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Opposition parties want MPs back in September [PoliticsWatch updated 5:30 p.m. August 22, 2007]

Will the Commons chamber remain empty for another month? 

OTTAWA  —  The opposition parties  accused the Conservative government of running scared and being afraid of scrutiny after a published report appeared Wednesday claiming  the government will delay Parliament's return this fall by a month.    

On Wednesday, Montreal Gazette columnist L. Ian MacDonald reported  the government would announce "any day now" that it will prorogue Parliament and push back the return of MPs until after the October 10 Ontario election. 

"The Conservatives in Ottawa want to stay off television and out of the news to give John Tory and the Ontario Progressive Conservatives a clear shot at defeating Dalton McGuinty's Liberals at Queen's Park," MacDonald wrote. 

In addition, an extra month away from Parliament would give recently shuffled government cabinet ministers additional time to adjust to their new portfolios.

Parliament is scheduled to resume on September 17. Pushing the return date back to October 16 removes four weeks from the parliamentary calendar. MPs have not been in Ottawa since the House adjourned for the summer on June 20. 

Such a scheduling change would mean Canadian MPs will have been on a summer break for four months. 

The Prime Minister's Office declined to confirm or deny to PoliticsWatch the media report of the scheduling change. 

"I would not at all be surprised if that is their strategy," said Liberal House leader Ralph Goodale in an interview with PoliticsWatch. "That is something that the Official Opposition profoundly disagrees with."

"Question period is troublesome for them, so they try to avoid it," he said.  "It's our position that the parliamentary calendar says the House of Commons should resume on 17th of September in the normal flow of events and that's what we think should happen."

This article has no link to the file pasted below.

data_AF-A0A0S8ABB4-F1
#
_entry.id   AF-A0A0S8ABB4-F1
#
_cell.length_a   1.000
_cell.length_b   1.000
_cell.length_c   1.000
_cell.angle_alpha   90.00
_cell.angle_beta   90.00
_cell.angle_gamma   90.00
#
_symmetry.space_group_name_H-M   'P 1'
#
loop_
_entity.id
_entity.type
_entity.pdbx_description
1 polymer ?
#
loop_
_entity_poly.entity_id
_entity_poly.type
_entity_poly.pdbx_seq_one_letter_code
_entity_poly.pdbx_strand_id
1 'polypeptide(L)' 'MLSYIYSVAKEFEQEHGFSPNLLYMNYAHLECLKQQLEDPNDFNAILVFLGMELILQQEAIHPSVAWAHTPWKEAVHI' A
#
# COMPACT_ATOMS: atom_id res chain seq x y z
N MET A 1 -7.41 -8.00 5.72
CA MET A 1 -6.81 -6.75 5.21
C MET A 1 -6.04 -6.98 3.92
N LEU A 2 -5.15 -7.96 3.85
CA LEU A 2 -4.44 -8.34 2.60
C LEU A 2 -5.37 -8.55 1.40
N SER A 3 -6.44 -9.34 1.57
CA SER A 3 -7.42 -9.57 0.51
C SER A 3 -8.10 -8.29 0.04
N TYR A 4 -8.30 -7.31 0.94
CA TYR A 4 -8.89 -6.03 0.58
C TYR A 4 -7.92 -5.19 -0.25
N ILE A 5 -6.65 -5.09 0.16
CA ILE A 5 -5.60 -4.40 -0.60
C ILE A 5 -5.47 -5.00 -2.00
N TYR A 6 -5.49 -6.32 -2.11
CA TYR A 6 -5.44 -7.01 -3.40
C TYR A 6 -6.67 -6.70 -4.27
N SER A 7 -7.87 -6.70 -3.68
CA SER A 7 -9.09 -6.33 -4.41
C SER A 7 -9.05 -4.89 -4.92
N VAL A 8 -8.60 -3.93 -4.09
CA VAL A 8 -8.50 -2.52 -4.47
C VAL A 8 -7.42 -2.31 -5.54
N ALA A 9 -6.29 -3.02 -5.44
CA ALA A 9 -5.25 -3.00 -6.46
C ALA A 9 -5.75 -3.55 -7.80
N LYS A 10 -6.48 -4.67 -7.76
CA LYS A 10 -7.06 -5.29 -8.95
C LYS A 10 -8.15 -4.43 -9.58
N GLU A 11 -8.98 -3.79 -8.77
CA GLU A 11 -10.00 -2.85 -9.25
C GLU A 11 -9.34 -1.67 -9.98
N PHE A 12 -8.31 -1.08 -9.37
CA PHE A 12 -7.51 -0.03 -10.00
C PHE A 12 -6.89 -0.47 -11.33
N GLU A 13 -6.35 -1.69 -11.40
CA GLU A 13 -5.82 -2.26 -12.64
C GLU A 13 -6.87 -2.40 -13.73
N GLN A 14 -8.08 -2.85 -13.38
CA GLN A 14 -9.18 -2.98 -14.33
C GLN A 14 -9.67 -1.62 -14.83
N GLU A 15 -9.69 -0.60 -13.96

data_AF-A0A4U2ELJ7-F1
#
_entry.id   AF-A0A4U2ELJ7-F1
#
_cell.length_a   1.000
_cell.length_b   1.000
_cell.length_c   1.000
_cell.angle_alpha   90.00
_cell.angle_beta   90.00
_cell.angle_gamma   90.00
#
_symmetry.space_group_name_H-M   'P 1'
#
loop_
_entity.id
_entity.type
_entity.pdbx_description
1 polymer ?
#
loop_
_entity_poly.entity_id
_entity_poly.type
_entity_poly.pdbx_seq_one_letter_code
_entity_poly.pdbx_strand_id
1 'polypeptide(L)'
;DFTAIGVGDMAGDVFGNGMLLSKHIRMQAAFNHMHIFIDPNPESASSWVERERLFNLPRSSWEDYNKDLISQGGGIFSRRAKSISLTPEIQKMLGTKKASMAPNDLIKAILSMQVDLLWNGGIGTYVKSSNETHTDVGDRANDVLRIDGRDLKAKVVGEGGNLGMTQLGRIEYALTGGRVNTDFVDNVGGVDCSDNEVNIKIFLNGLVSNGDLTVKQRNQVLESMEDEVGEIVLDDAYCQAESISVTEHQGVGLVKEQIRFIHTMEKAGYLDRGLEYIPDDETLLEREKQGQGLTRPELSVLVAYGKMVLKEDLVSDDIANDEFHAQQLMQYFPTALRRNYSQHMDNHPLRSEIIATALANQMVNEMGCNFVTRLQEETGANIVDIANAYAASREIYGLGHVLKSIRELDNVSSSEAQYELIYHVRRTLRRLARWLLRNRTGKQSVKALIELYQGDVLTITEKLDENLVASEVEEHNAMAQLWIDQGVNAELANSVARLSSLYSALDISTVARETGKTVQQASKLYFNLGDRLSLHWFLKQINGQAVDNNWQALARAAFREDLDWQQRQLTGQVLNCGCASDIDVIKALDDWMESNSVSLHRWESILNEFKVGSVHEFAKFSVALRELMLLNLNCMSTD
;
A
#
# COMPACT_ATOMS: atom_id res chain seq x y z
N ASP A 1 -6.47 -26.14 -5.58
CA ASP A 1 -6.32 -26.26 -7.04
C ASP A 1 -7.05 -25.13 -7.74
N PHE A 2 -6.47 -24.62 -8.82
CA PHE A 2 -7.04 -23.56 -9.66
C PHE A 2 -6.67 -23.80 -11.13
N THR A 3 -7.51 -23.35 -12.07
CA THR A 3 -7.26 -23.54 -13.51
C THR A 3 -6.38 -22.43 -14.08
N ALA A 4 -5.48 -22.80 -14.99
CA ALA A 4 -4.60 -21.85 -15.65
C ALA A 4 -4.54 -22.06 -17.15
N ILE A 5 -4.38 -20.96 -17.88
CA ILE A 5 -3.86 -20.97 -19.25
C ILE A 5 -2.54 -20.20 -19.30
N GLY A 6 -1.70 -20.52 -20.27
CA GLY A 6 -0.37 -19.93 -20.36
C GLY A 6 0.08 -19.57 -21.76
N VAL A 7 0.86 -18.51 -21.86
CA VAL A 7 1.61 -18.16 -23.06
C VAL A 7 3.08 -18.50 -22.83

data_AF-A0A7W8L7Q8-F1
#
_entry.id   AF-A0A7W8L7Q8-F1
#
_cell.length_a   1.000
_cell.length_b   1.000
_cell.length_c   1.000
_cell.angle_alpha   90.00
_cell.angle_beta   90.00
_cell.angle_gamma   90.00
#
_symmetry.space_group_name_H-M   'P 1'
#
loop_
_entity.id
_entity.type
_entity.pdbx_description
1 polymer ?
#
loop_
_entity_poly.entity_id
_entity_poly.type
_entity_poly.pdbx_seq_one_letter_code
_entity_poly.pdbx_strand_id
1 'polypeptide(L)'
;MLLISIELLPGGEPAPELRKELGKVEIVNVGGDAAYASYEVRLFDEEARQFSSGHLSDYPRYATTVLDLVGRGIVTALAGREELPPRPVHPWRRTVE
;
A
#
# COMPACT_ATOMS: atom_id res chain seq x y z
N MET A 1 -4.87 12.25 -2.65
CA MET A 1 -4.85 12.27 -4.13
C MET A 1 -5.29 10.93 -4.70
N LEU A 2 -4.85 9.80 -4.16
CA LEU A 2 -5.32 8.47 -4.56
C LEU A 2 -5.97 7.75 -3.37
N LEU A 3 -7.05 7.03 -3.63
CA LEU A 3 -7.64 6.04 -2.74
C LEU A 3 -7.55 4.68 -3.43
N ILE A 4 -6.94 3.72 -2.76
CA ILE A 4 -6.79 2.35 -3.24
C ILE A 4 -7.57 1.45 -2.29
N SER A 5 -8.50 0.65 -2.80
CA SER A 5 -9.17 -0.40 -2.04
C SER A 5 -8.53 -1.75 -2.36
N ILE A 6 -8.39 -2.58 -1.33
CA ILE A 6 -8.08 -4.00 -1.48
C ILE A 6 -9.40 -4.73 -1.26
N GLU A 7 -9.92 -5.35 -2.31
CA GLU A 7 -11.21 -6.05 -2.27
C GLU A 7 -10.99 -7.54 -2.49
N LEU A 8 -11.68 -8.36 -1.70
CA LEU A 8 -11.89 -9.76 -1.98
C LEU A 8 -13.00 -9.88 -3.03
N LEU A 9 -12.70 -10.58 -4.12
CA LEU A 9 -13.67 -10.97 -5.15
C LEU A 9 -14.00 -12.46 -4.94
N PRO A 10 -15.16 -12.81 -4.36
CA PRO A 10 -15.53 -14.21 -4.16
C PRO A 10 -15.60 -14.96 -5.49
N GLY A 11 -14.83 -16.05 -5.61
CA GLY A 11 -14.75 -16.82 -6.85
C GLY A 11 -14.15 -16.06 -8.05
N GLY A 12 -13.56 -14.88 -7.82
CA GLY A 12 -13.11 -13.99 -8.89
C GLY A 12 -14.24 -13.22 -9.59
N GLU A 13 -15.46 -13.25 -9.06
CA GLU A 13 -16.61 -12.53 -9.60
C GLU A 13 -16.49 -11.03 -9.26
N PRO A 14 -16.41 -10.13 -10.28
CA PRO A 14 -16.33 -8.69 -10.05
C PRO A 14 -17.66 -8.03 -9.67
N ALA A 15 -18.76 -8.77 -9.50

Goodale said if the Conservatives were to push back the return date it would indicate they are "not prepared to be accountable" and are losing the day-to-day contest when the House of Commons is in session.

The NDP admitted there is nothing the opposition parties can do to stop  Prime Minister Stephen Harper from exercising his power of prorogation. 

"It's a completely politically motivated thing that Harper is doing if he does do it," NDP House leader Libby Davies told PoliticsWatch in an interview. 

"He's trying to escape public scrutiny. There are very pressing issues that Parliament needs to deal with."

Davies said the government facing the opposition is "a basic component of parliamentary democracy" and said any move to shut Parliament down for political convenience would be "pretty reprehensible."

Canadian MPs already sit fewer days than their U.S. counterparts. So far this year, the Canadian House of Commons has been sitting a total of 74 days while the U.S. House of Representatives has been in session 111 days. 

Part of this discrepancy is due to the extended summer break Canadian MPs take. While MPs have been away from Ottawa the entire summer, the U.S. House of Representatives remained in session for July and is expected to return from summer break after Labour Day. 

Rumours about Parliament not returning until after the Ontario election were circulating in Ottawa as early as June. 

At that time, Government Whip Jay Hill told PoliticsWatch there had been "zero discussions" about delaying the House's return. 

"I know absolutely nothing about that," Hill said. "As far as I know, the House is going to sit until June 22 and we'll start sitting on the scheduled (return) date." 

Both Goodale and Davies said Government House Leader Peter Van Loan has not contacted them about any scheduling change. In fact, there has been no communication between the government and opposition House leaders' offices this summer. 

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> Opposition concerned Parliament may not be back come September

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